The final day of the Somme campaign was 18 November 1916, the 141st day of battles.
The day before, on 17 November 1916, D Company planned to send 6 tanks into action in support of the 32nd and 37th Divisions but 5 of them ditched on the way to the assembly point. One tank, commanded by 2Lt Partington, crossed the German front line at around 7am and was able to silence a number of German MGs.
On 18 November 1916 the Heavy Section Machine Gun Corps became the Heavy Branch Machine Gun Corps. The companies were to be expanded over the coming weeks to form 6 Battalions (A, B, C, D, E, F).
On the 7th September the tanks of C Company were entrained at Conteville and on the 8th September they were detrained at the Loop Railhead on the Somme.
D Company tanks would join them in 2 days time.
On 26 June 1916 a conference was held at GHQ in France to discuss how tanks might be used in the forthcoming Battle of the Somme. The consensus was:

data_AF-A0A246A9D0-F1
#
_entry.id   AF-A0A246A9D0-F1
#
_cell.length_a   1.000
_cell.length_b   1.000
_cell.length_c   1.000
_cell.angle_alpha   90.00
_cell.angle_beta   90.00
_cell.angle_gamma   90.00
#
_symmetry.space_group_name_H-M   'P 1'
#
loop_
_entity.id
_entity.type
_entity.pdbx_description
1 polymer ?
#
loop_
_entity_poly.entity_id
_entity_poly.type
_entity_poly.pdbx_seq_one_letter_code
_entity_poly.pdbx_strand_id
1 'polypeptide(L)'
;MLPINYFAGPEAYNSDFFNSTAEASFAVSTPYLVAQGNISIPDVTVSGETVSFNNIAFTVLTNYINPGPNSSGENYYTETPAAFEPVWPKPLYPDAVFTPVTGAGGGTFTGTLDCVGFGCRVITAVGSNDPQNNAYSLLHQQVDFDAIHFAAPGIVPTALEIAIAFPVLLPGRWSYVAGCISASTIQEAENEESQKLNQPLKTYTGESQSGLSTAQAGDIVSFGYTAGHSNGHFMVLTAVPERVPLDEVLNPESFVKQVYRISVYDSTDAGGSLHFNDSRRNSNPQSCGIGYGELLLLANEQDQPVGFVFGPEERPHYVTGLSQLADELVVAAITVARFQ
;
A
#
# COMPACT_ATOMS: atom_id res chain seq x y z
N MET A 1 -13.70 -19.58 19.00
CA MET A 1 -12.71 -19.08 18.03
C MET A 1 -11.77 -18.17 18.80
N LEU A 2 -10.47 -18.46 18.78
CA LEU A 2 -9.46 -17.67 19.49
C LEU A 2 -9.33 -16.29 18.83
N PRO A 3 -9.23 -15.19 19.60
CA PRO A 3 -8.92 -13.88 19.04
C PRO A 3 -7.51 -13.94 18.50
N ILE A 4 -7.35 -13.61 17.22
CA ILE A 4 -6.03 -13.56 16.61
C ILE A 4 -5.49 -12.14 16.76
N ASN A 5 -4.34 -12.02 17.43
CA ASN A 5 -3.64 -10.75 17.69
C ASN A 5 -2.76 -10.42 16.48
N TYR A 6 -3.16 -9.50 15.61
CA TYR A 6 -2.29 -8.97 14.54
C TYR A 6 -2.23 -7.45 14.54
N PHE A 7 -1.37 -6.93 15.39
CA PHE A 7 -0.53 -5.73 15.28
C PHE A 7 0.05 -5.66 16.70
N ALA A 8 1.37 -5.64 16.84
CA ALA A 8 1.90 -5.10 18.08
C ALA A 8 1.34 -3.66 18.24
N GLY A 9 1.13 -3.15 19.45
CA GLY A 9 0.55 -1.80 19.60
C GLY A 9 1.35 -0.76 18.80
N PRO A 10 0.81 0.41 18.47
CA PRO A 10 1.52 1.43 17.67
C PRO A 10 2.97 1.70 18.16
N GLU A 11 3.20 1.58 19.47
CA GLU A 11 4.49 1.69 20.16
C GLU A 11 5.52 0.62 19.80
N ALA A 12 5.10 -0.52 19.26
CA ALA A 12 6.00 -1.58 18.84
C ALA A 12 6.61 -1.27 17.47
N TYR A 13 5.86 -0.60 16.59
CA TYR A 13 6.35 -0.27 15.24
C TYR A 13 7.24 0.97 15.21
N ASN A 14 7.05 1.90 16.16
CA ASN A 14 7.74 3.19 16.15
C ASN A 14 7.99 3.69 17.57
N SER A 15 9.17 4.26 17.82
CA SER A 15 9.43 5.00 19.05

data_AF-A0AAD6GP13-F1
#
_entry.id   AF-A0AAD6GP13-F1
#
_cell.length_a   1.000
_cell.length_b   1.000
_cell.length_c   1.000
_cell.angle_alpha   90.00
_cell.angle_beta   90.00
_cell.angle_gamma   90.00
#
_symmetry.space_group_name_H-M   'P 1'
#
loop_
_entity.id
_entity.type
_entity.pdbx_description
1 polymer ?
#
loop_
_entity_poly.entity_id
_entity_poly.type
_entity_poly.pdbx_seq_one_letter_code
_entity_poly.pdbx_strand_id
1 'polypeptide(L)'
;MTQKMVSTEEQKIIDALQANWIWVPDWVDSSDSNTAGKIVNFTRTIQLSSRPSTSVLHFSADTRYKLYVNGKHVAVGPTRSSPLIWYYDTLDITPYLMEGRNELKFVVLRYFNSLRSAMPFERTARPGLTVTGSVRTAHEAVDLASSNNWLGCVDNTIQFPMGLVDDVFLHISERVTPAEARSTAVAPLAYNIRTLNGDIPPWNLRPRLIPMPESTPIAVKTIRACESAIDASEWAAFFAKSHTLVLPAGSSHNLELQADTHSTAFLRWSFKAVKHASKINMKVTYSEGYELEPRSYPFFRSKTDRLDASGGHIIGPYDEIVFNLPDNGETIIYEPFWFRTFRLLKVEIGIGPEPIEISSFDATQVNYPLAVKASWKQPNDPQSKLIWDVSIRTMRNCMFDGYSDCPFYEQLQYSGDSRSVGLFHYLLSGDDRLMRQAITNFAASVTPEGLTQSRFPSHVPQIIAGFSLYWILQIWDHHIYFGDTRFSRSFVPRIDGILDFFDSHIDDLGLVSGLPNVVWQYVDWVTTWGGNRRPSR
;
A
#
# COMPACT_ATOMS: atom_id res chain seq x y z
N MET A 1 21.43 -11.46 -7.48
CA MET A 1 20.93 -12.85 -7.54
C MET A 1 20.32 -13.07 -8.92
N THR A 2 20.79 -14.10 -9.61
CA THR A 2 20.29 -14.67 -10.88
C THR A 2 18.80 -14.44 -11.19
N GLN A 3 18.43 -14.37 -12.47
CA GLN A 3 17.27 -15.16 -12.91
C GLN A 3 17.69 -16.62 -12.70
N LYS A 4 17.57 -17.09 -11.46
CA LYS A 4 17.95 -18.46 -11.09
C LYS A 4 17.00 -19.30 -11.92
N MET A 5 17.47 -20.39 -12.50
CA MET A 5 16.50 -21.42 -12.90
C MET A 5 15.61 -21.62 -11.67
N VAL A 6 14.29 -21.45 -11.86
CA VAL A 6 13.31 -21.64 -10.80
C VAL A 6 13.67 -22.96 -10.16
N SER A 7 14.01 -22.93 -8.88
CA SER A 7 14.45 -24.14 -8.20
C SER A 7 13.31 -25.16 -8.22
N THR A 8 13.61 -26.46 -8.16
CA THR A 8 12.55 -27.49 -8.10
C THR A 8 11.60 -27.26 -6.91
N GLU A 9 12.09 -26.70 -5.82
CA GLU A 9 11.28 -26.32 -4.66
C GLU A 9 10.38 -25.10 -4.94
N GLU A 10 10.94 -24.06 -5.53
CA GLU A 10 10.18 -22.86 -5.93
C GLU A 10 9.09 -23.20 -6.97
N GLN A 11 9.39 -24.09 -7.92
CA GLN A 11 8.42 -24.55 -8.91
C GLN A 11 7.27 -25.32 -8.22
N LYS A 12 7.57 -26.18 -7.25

In the attack carried out by Tanks, the Tanks should move forward so as to reach the German front line position at dawn followed up by our infantry which is to start forward from our line as soon as the Tanks reach the first line of the enemy; that in the further operations which will ensue by day light, Tanks should precede the infantry from place to place as quickly as possible; that the ultimate objectives of the tanks during this period should be:
- The German artillery positions.
- The German second or third lines;
That the German artillery position might be assumed at an approximation to be at a distance of 2,000 to 3,000 yards from the German front line.